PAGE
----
Can dogs eat turkey? And is it safe?

If you’re drowning in turkey leftovers and can’t stomach another sandwich, potpie, pasta dish, or casserole, then you’ll be delighted to learn that dogs can indeed eat turkey - just as long as it’s prepared in a way that’s safe for them to consume. 

According to the team at Hill’s Pet Nutrition, whose science-backed approach to dog and cat food has seen them become world leaders in the area of pet nutrition, skinless, unseasoned turkey meat that’s been properly cooked is a perfectly safe addition to your pup’s diet. You can also feed them ground turkey, just as long as it’s plain and has no additives.

That being said, while plain, cooked turkey is not inherently toxic to dogs, Dr. Joanna Woodnutt says there are some things you’ll want to be aware of to ensure you’re feeding turkey to your dog safely:

  • Make sure you remove the skin. The high fat content is dangerous for our canine companions and can lead to pancreatitis in dogs, a painful condition that requires prompt treatment.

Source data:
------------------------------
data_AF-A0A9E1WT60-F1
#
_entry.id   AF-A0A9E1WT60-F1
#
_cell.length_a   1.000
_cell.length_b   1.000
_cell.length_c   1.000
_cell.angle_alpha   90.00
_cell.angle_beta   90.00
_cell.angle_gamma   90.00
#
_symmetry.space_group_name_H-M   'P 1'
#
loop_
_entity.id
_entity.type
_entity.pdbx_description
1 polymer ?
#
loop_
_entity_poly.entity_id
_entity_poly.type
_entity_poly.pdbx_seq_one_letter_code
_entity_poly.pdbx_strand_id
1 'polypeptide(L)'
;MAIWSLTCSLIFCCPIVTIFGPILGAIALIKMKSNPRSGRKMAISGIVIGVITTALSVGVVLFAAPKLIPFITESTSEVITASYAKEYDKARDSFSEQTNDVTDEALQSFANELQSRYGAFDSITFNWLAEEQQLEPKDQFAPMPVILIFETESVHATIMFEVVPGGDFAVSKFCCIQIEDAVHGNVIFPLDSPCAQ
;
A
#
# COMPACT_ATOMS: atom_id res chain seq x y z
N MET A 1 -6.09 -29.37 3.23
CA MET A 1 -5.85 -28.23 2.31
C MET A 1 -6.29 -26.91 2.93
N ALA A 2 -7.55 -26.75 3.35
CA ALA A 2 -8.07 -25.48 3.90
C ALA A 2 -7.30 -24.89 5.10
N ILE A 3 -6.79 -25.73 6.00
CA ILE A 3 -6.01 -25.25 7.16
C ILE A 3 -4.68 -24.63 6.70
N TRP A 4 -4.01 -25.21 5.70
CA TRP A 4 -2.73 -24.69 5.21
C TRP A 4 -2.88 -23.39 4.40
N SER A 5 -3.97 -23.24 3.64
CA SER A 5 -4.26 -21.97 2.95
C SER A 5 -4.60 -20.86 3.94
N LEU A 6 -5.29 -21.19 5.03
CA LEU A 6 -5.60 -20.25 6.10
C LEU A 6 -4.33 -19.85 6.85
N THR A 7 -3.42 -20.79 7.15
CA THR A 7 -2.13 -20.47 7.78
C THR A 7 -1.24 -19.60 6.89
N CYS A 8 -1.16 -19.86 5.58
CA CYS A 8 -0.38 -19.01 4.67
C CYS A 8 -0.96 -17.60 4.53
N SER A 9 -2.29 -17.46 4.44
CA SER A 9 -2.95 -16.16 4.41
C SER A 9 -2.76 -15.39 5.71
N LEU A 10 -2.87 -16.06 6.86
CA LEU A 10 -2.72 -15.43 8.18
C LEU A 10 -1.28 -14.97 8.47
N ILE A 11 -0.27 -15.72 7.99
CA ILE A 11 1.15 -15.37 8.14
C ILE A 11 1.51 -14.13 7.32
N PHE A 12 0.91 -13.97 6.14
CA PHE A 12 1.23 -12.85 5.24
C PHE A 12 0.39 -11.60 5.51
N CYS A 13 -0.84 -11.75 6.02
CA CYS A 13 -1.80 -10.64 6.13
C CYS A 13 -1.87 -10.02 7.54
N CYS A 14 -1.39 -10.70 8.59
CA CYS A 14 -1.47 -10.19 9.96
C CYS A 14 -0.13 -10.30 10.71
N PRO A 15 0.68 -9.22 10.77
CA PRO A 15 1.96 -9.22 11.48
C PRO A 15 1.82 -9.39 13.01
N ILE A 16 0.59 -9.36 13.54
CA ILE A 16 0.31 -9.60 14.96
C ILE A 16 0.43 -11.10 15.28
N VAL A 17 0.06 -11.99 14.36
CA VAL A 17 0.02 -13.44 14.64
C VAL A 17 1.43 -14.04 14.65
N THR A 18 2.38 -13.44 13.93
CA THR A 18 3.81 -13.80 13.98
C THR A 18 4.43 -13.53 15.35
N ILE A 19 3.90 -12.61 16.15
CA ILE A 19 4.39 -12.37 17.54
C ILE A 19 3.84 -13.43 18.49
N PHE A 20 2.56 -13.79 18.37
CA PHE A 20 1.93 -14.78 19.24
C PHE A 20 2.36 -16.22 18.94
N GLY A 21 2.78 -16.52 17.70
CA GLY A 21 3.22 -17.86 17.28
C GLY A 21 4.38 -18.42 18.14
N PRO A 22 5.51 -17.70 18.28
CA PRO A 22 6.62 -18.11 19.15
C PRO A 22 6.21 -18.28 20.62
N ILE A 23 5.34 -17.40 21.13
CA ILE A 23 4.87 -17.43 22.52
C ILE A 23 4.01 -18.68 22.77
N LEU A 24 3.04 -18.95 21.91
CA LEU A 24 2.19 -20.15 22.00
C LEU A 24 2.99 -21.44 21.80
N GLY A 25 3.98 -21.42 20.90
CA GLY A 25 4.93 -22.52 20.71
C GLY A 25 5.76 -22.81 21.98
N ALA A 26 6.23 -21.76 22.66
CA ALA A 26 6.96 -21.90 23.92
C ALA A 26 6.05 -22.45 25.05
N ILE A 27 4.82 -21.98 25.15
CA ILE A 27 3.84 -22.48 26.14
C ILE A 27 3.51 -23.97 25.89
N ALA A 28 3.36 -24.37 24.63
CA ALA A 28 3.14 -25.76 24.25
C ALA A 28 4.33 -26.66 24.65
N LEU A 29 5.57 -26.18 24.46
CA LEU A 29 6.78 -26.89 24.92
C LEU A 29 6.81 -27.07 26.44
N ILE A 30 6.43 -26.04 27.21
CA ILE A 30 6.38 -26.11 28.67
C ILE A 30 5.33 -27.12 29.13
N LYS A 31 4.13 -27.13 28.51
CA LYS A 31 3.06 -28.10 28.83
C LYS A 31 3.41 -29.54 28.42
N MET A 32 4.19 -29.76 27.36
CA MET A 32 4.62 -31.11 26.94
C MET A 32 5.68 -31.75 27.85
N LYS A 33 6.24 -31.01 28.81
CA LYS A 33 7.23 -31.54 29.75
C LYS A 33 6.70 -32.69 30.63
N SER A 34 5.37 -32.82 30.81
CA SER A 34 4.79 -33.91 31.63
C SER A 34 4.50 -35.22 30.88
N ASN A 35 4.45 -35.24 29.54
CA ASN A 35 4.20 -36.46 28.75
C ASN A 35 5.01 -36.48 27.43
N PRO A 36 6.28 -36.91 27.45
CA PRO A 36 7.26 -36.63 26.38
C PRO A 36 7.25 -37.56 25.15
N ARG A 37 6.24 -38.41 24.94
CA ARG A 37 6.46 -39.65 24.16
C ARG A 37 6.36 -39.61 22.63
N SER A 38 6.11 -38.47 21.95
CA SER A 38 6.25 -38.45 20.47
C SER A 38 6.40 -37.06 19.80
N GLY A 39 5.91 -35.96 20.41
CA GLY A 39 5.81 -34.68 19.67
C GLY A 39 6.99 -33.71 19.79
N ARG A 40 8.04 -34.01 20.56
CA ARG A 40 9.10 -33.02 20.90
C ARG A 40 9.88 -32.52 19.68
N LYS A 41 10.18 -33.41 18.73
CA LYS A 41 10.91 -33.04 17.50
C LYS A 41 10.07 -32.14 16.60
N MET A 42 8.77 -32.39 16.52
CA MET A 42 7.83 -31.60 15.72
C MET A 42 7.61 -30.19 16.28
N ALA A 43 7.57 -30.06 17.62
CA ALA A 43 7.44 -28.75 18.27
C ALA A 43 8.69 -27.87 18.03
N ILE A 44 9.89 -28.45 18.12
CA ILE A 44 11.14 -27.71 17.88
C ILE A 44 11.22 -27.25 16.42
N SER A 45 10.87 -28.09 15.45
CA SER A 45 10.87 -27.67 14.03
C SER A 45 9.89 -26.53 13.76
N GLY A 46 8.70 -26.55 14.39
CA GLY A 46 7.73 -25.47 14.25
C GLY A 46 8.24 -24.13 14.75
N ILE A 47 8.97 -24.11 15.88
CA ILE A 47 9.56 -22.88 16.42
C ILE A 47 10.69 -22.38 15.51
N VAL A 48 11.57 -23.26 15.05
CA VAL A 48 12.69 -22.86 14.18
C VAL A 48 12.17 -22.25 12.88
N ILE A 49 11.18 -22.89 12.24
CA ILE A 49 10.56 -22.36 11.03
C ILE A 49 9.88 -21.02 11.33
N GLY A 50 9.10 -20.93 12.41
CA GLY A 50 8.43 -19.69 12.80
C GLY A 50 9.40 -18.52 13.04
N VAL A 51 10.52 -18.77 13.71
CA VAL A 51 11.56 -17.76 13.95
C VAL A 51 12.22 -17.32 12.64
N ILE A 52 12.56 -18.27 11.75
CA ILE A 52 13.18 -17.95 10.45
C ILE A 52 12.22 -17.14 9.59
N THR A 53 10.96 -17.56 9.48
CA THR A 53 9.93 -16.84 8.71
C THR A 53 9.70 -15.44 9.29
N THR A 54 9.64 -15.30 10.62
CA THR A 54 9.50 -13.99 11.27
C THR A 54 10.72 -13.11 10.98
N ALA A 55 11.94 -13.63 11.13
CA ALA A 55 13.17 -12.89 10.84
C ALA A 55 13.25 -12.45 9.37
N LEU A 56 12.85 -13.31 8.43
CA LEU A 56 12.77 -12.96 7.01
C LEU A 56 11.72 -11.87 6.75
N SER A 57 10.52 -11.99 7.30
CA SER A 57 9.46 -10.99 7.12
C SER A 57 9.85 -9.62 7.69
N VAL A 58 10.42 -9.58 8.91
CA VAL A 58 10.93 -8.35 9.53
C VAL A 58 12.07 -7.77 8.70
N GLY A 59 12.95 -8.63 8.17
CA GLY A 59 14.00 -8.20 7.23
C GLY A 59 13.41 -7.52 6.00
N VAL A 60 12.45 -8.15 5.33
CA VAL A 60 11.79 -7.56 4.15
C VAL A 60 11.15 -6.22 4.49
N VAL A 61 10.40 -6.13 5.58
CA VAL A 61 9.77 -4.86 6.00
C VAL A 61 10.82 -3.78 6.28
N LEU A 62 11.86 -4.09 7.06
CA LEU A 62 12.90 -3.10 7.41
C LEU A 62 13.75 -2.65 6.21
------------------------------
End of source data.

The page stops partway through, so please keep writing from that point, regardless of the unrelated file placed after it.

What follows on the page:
• Remember, onion and garlic are toxic to dogs, so be sure that you only feed your pup turkey meat and avoid any stuffing.
  • Stick to small portions. 
  • Avoid the bones which are not safe for your dog to consume - we’ll go into more detail about this below.

Rich in protein and packed full of riboflavin and phosphorus, turkey is commonly used in the best dry dog food and wet food because of its high nutrition content. As long as you follow the steps above, you can rest assured that turkey is safe for your dog to eat this holiday season.

Is it safe for dogs to eat turkey bones?

The Princeton Veterinary Hospital states that dogs should never be given turkey bones as poultry bones are both small and brittle, which makes them very dangerous for our canine companions.